I guess the Navy shows up, because hey, why stop at the other 9,978 cliches in the world? Why not throw in “evil bad mean old military guys shutting the main characters down” into the mix? Their thing in this movie is that they don’t want to tell anyone that there’s a mutant shark and instead just say it’s a regular shark that they’re taking care of.

He's so navy, he's ALWAYS in the water. Super navy!

Because just a regular fucking shark won’t incite ANY PANIC...well, I guess it really won’t, as this island apparently lets teenagers hang out at a place where sharks can kill them at any moment, as we saw earlier. They’ve sealed their own fates! Fuck ‘em.

"I was going to tell you to leave as this is clearly a dangerous time to be here, but instead I think I'm OK if you come along and join the shark hunt. After all, those two are basically the same things, right?"
Parent of the year!

There’s also this other plot point about this fish hunter guy who caught a shark and is saying it’s the one that was killing people - even though Chase and the other main characters have now seen the real monster. Chase tries to get the police to dissect the shark and prove it wasn’t killing people, but Mr. Fish Hunter Guy says no, it’s his property and he wants to hang it up as a trophy!

...okay, movie; seriously - for one, why would the police just let that fly? In a MURDER INVESTIGATION, you’d think the lives and safety of others would take precedence, not just some asshole’s ego trip. And two, what kind of a douche-face would you have to be to just hand-wave away innocent lives eaten by a shark, just so you could have a precious trophy on your fucking wall? What a despicable person.

As they’re preparing to go after the thing again, Amanda remarks that it’s going to be an adventure like the old days. Which wouldn’t normally be a line worth talking about, except that just a little while ago, the same character was just crying her eyes out, clearly traumatized from seeing the Land Shark. So really I guess she’s just bipolar or something. Or the writers just forgot the character and who she was and stuff - which wouldn’t surprise me...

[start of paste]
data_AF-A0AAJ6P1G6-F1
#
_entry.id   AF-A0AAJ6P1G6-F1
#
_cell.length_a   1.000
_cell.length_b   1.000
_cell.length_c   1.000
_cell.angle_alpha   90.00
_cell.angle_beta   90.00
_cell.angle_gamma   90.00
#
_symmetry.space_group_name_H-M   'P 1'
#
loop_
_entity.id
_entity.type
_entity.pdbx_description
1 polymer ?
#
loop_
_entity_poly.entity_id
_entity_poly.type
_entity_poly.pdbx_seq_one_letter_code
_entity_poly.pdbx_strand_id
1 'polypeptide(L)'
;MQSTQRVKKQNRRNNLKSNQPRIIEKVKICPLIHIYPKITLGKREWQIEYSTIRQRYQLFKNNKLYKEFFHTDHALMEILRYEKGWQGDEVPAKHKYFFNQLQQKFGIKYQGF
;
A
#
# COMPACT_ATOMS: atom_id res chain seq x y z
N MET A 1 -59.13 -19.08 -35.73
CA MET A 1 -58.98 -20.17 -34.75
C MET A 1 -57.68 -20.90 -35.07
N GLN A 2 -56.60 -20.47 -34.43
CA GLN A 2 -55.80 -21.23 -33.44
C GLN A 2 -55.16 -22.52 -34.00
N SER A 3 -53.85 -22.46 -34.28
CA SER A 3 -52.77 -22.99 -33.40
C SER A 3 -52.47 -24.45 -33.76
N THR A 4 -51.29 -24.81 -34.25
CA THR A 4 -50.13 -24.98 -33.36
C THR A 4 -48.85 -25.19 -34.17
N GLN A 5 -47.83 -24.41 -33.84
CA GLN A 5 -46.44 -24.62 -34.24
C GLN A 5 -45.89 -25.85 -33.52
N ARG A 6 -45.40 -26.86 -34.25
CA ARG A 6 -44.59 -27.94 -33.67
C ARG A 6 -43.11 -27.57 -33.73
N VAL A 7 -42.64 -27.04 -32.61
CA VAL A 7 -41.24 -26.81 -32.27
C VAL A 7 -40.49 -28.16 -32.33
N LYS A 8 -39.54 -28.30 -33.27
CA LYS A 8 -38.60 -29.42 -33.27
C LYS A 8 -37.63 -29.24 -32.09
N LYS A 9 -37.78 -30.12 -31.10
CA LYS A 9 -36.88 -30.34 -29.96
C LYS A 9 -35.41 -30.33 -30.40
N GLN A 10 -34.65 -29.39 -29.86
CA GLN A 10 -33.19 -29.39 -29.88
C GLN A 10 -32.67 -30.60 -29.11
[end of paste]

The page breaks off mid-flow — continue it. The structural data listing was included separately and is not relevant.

So we get some scenes with the Navy morons hunting Land Shark, where we learn they didn’t even bother checking all those years ago whether or not the Land Shark was actually killed. They truly are the greatest Navy guys in the world...nothing gets past them.

We get a bunch of annoyingly long scenes of the Navy guys exploring various places, which serve to do nothing except drag the movie out longer. I seriously just don’t know how to express how utterly boring these scenes are - this movie is three fucking hours long; do we really NEED these scenes?

"Let's play soldier! Just walk around holding a gun dramatically for several scenes with dim, scary lighting! That makes a good movie."

I guess we do find out that the Land Shark is able to mate with other sharks to create more Land Sharks. Which for some reason is the thing that really gets the Navy morons on board with killing it - yeah, before, we just knew it was killing people, but now that we know its plans to get laid, NOW we can really go for it! So basically these guys are just a bunch of cock-blockers.

Meanwhile Max and his new spontaneous one-day girlfriend are on the case looking for a missing friend of theirs. They come across a scene from Angel Heart…

Ah yes, the old 'spinning around in circles' voodoo ritual, intended to...make the person very dizzy I guess...

...and then share a forbidden kiss in this one area of the forest where apparently kids go to do that a lot:

The love that started a war...or not as it's never really brought up again and this is one of the last scenes where they actually speak together. So it's like Romeo & Juliet: The Diet Version, with all of the lurid implications of forbidden love but none of the drama. Add in a land shark and you got yourself a winning formula!

This movie needed a Romeo and Juliet subplot as much as I need a hernia. And really, movie? They had to share a kiss NOW? There weren't any other times in the movie, where they weren't looking for a missing friend, that they could have done that? You cheap pile of crap.

Ugh, whatever; so the Land Shark attacks them, but they unfortunately get away without a scratch on them. Dammit, Land Shark, get your head in the game! You’re verging on disappointment if you don’t get some kills in soon!

Why would he be hanging upside down in a fucking tree? Vampire land shark! Now the movie is complete...and in fact, not only the movie, but life in general.